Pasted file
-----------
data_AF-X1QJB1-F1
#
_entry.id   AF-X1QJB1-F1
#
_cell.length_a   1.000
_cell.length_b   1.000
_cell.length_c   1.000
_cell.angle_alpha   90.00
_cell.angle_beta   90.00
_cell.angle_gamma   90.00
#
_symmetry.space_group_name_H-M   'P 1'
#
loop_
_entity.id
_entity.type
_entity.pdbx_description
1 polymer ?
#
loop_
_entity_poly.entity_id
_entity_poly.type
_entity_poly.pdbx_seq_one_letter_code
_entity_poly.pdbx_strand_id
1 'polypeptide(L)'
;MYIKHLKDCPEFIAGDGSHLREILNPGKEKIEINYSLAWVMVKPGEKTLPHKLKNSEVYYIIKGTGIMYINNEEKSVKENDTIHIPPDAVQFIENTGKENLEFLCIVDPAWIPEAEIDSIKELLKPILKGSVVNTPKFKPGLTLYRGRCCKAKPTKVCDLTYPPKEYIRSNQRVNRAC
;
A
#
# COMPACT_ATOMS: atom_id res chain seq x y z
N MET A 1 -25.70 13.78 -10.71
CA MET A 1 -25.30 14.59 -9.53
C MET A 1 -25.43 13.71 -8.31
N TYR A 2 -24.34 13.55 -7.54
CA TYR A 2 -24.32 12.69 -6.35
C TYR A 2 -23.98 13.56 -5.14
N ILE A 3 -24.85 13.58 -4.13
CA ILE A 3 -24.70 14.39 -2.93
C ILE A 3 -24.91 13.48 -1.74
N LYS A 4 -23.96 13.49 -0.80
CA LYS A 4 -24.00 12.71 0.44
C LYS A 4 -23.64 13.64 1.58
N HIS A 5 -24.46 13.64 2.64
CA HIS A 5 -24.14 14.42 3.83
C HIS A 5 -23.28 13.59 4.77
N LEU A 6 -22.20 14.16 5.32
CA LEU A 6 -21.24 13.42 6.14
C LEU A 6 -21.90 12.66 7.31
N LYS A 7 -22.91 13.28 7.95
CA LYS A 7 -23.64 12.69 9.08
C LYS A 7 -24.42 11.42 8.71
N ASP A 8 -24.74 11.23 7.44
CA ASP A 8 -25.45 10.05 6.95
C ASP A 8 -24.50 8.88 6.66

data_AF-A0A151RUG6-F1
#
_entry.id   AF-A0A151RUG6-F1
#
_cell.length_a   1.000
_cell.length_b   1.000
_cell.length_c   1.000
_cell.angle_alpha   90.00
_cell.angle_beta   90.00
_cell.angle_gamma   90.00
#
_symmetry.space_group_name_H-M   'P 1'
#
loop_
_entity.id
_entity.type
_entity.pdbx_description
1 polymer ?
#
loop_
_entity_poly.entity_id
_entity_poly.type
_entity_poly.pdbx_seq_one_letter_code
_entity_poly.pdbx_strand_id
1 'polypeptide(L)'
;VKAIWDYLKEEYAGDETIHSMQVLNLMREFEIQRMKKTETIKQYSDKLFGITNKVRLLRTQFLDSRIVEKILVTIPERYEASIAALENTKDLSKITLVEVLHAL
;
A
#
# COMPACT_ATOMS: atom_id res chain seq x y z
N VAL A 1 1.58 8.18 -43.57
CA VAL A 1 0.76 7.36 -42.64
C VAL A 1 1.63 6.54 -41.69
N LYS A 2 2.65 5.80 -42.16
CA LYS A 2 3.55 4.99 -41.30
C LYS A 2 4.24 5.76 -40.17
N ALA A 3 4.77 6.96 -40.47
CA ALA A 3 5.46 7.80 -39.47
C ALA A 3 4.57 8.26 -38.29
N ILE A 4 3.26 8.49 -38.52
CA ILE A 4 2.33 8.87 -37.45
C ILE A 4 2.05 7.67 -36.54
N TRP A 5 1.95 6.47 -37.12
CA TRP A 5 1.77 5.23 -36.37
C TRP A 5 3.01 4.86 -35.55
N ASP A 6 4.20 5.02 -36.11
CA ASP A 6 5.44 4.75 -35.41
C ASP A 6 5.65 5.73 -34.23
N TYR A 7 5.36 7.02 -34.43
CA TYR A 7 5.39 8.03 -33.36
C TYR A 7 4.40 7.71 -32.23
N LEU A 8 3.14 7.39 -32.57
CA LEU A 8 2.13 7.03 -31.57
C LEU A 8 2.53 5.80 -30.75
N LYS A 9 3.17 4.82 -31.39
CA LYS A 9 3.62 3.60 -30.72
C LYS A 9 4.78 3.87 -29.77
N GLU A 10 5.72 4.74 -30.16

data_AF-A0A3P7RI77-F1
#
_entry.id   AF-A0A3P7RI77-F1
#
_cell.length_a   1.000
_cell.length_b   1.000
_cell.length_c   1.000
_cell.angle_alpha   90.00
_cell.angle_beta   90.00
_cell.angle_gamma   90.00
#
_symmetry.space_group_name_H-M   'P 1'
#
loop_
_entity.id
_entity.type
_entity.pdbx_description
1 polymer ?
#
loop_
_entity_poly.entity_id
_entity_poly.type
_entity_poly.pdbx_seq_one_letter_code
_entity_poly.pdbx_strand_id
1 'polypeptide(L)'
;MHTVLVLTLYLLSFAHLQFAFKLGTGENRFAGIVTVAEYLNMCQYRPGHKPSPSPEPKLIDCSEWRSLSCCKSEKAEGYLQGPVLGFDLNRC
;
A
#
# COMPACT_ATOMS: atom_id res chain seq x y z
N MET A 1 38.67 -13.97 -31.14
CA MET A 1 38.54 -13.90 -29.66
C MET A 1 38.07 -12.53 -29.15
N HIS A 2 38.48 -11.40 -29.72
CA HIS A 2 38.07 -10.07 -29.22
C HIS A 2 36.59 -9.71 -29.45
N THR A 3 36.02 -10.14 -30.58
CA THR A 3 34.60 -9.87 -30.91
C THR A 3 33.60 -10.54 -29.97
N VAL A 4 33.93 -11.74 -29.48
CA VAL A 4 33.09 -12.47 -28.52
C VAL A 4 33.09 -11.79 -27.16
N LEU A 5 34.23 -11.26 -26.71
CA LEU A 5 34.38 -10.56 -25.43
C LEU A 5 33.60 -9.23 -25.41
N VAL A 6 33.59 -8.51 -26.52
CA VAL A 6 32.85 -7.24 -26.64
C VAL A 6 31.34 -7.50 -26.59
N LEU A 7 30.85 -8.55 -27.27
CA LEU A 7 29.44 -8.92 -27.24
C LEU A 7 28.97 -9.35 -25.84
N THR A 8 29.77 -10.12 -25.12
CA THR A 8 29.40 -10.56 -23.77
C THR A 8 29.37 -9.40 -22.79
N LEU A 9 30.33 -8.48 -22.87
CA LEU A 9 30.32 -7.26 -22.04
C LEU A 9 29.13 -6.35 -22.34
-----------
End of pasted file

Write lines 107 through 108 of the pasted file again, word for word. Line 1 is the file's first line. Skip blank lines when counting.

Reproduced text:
CA LEU A 8 2.13 7.03 -31.57
C LEU A 8 2.53 5.80 -30.75